Rylee urged Samuel to join them at his couches, returning to his seat next to Charlie after offering Samuel the larger couch with his mother. It would allow them a better chance to talk. Charlie merely bobbed her head in Sam’s direction in greeting, busying her mouth with another swallow of beer to keep any catty remarks at bay. Her feet, though, went right back to their spot on Rylee’s lap, as though a pissing match of ownership over her boyfriend was about to start up (which it felt like it had, for some time, strippers non-withstanding).
“So many good things, ol’ buddy,” she added in cheerily, unable to keep her mouth shut for long, her beer held in the air near her mouth while her other arm lazed over her stomach.
“Mrs. Eckholm,” Samuel said, greeting her with a nod.
Samuel flashed a good natured smirk at Charlie, his eyes rolling as his gaze cut to her. Though she certainly had untoward stories about him at her ready disposal, Samuel had plenty of his own, and no compunction whatsoever about sharing them. He set the six pack on a nearby table, grabbing a beer for himself as he did.
“You’ve got a good kid there, Mrs. Eckholm,” he said, as he wrapped his hand in his shirttail to twist the bottle cap free. “Can’t say much for the company he keeps, though.” He dropped the cap to the table top with a muted clatter, his grin pointedly directed at Charlie. It was a pleasant enough expression, even its sharp edge more friendly than not. “Myself excepted, of course.”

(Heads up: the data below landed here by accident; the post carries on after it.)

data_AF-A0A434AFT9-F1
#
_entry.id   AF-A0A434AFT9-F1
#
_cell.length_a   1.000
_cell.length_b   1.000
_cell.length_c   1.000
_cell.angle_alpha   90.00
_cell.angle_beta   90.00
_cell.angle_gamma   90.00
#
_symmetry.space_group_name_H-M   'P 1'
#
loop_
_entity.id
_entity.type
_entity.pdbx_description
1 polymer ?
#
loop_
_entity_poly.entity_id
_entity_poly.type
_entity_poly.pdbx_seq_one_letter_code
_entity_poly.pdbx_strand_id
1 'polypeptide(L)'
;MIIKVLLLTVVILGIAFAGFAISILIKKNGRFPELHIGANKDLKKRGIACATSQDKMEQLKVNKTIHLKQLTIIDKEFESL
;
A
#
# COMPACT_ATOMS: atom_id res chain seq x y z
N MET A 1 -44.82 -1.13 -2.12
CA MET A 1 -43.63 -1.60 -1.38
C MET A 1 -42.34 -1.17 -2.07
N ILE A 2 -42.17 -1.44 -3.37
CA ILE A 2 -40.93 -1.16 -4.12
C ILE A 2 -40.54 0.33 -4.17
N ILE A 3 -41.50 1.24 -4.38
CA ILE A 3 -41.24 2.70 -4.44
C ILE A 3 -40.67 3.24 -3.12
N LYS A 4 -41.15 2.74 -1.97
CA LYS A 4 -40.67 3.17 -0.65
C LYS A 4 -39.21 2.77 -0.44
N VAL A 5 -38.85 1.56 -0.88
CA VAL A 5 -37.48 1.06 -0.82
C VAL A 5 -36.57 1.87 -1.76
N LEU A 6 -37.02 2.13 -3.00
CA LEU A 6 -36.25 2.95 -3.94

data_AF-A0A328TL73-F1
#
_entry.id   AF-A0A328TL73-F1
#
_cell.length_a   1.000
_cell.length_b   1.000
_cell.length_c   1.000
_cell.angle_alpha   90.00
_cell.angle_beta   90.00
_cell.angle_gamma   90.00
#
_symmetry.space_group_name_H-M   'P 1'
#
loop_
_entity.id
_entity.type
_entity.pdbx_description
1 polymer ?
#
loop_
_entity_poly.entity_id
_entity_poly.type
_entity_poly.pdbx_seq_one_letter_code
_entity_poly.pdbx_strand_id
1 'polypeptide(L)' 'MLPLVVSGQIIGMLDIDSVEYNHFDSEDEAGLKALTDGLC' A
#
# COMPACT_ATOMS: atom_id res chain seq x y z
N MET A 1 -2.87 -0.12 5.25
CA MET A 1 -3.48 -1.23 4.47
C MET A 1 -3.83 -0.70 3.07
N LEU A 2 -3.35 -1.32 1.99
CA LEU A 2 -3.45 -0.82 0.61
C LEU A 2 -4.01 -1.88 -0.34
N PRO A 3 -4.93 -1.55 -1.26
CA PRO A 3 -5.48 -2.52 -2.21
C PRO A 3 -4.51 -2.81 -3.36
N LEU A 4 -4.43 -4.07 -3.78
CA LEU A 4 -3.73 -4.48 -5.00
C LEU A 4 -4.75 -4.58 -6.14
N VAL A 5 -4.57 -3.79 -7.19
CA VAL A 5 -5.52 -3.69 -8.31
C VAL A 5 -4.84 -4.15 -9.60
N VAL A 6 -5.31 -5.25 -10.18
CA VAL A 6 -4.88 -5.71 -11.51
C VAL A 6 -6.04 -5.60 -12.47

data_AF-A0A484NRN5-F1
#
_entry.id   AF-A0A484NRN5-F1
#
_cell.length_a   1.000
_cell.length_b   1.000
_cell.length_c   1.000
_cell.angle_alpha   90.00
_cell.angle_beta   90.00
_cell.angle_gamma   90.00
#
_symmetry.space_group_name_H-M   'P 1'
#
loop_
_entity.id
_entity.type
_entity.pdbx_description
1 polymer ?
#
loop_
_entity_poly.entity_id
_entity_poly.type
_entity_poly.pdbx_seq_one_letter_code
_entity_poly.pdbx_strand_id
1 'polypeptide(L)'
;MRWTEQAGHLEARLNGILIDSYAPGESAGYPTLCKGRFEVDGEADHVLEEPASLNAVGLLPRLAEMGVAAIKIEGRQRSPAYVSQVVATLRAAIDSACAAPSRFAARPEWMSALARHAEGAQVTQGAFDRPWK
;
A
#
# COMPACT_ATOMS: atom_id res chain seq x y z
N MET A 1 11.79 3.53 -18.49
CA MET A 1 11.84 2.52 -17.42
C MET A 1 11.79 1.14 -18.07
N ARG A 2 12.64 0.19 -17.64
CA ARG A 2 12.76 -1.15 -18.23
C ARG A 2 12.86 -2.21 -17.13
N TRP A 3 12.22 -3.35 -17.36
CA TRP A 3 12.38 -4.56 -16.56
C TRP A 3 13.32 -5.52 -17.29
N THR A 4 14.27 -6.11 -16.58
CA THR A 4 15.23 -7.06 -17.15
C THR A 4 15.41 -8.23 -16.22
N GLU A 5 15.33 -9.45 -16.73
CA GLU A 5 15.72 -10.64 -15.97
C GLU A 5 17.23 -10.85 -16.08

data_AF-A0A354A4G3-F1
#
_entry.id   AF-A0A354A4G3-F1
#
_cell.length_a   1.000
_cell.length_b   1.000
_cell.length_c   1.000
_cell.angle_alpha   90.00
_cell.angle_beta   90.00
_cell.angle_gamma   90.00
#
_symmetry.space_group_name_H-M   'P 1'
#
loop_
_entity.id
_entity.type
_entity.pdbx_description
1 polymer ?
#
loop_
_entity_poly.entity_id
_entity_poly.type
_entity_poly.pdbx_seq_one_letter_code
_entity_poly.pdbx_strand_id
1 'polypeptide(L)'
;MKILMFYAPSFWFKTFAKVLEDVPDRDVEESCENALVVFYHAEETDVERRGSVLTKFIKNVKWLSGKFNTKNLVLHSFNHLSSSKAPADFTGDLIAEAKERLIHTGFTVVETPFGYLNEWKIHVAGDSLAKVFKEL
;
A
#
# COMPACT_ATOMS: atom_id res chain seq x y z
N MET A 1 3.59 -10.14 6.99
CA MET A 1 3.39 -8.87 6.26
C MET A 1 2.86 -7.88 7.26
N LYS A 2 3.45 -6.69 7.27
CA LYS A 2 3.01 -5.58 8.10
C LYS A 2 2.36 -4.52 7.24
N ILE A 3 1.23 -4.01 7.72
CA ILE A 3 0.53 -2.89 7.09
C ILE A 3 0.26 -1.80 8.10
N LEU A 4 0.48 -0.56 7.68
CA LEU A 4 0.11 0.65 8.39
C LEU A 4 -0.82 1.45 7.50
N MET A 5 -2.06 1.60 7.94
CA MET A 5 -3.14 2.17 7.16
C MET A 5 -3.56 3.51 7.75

Rylee blushed and Mrs. Ekholm grinned. “Good, I’m glad to hear he’s behaving himself,” she replied as she placed her closed book on the coffee table. “The company he keeps is perfectly fine. I’ve known Charlotte since the kids met one another. She was at our home so often that I considered her the daughter I never had.” Despite that she was speaking to Samuel, Christina had her eyes on Charlie and her smile broadened.
Despite the blush on Rylee’s cheeks, he patted Charlie’s feet and looked at his girlfriend, a smile on his own face. Leaning forward, he grabbed a beer from Samuel’s six pack. “Don’t get her started, Momma will talk for hours about how we were as kids.”
Charlie ignored the comment, instead letting her eyes grow slightly wide at the mere mention of baby stories. Mrs. Ekholm certainly had more dirt on her than anyone, except Rylee himself since he was often an accomplice in the adventures she concocted when they were younger. She quickly glanced from Mrs. Ekholm to Sam, knowing already that her fate was sealed because anyone could have read her face like an open book at that moment.